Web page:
The Idea of Infrapolitics

An interesting theme in the book is Scott’s discussion of “infrapolitics”:

“By infrapolitics I have in mind such acts as foot-dragging, poaching, pilfering, dissimulation, sabotage, desertion, absenteeism, squatting and flight” (xx)

Scott believes that these forms of infrapolitics are ubiquitous (especially among groups that otherwise lack political power), consequential, and “embody [a] mutuality without hierarchy” that resonates with anarchist perspectives:

“The accumulation of thousands or even millions of such petty acts can have massive effects on welfare, land rights, taxes, and property relations. The large mesh net political scientists and most historians use to troll for political activity utterly misses the fact that most subordinate classes have historically not had the luxury of open political organization. That has not prevented them from working microscropically, cooperatively, complicitly, and massively at political change from below” (xxi)

To summarize Scott’s argument about infrapolitics:

  1. “Infrapolitical” actions like foot-dragging, poaching, desertion etc. are political (or can be), even though they are often not coded as such.
  2. Infrapolitical activity of this form is historically ubiquitous (especially among groups with limited formal political power) and consequential.
  3. Despite this, infrapolitical action is rarely canonized/narrativized as consequential in history books.
  4. This result (3) is not incidental but rather intentional on behalf of the political actors engaged in these behaviors.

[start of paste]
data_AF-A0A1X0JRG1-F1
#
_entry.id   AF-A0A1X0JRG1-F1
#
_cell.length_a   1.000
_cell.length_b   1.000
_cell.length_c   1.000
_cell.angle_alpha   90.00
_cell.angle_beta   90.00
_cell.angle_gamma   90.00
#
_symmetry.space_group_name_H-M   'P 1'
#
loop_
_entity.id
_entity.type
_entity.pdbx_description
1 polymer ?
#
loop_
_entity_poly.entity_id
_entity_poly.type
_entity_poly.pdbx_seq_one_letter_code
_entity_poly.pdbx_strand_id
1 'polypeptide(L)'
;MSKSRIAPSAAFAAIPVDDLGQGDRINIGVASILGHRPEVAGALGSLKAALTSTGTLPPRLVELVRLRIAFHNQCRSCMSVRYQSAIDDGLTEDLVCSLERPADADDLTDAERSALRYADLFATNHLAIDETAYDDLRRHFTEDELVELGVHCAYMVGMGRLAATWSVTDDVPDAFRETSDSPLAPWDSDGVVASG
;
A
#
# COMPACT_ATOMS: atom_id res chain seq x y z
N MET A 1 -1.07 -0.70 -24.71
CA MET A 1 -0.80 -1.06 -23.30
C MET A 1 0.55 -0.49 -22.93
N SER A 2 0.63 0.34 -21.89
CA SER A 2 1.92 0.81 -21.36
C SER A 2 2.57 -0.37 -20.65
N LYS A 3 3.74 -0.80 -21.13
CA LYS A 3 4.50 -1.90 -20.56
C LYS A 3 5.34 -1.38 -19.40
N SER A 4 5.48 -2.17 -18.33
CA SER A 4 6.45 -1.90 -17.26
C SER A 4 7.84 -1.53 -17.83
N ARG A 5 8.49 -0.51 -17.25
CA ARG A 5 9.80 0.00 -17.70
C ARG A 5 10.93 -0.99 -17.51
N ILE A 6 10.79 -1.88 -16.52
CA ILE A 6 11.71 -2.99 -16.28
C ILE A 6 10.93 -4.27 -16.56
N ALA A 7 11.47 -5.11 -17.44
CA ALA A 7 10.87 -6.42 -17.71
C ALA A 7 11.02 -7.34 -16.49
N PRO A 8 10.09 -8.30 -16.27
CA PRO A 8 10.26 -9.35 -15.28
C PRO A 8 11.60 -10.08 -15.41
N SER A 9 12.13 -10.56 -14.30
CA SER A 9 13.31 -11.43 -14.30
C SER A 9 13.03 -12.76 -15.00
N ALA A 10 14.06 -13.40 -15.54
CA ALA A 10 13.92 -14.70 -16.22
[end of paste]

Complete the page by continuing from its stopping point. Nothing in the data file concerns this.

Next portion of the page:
5. Political actors engaged in these behaviors are often doing so precisely because they lack the political power / luxury of open rebellion or protest.

I can think of various examples of how this type of infrapolitics emerge in digital environments as forms of resistance to dominant platforms. For example, I think of gig workers that form groups to exchange tips about the best ways to game platform incentive systems. Roughly: various ways to “follow the rules” on paper without really following them. The recent (so-called) epidemic of “quiet quitting” is another example. Interestingly, contra Scott’s argument, quiet quitting was widely baked into high-level narratives about what was happening in the labor market at the time; see, for example, this New York Times article.

On Flexible Use and Bottom-up Design

A big focus in the middle of the book is on “top-down”, rigorously-organized, forms of design and planning vs. “bottom-up” modes of design. For example, Scott discusses the case of institutionalized forestry (also coverd in Seeing Like a State), which wound up being highly brittle despite being rigorously-planned and visually-ordered. Scott also discusses the design of “open” style playgrounds that assume little about the interests and creative pursuits of users vs ones that assume a specific mode of play.

On the topic of bottom-up system/institutional design, he offers a normative standard:

“Almost any human institution can be evaluated in these terms. How open is it to the purposes and talents of those who inhabit it?” (60)

A similar standard could be applied to the design of technological artifacts: how much is this artifact open to the purposes and needs of those who will use it? How much does this artifact’s design assume about how it will be used?

What is Scott’s basis for preferring bottom-up design? It is a mix of descriptive and normative points. On the descriptive front, Scott seems to be arguing that bottom-up systems/technologies are:

  1. More robust, adaptable, and flexible in the face of change. (less brittle)
  2. Better able to take advantage of or respond to the unique skills / talents / needs of those who use them (and hence: more effective).

From a more normative perspective, bottom-up systems are preferrable because:

  1. They enact a desirable humility about the needs/goals/desires of users.
  2. They grant users more control over their engagement with the system/artifact.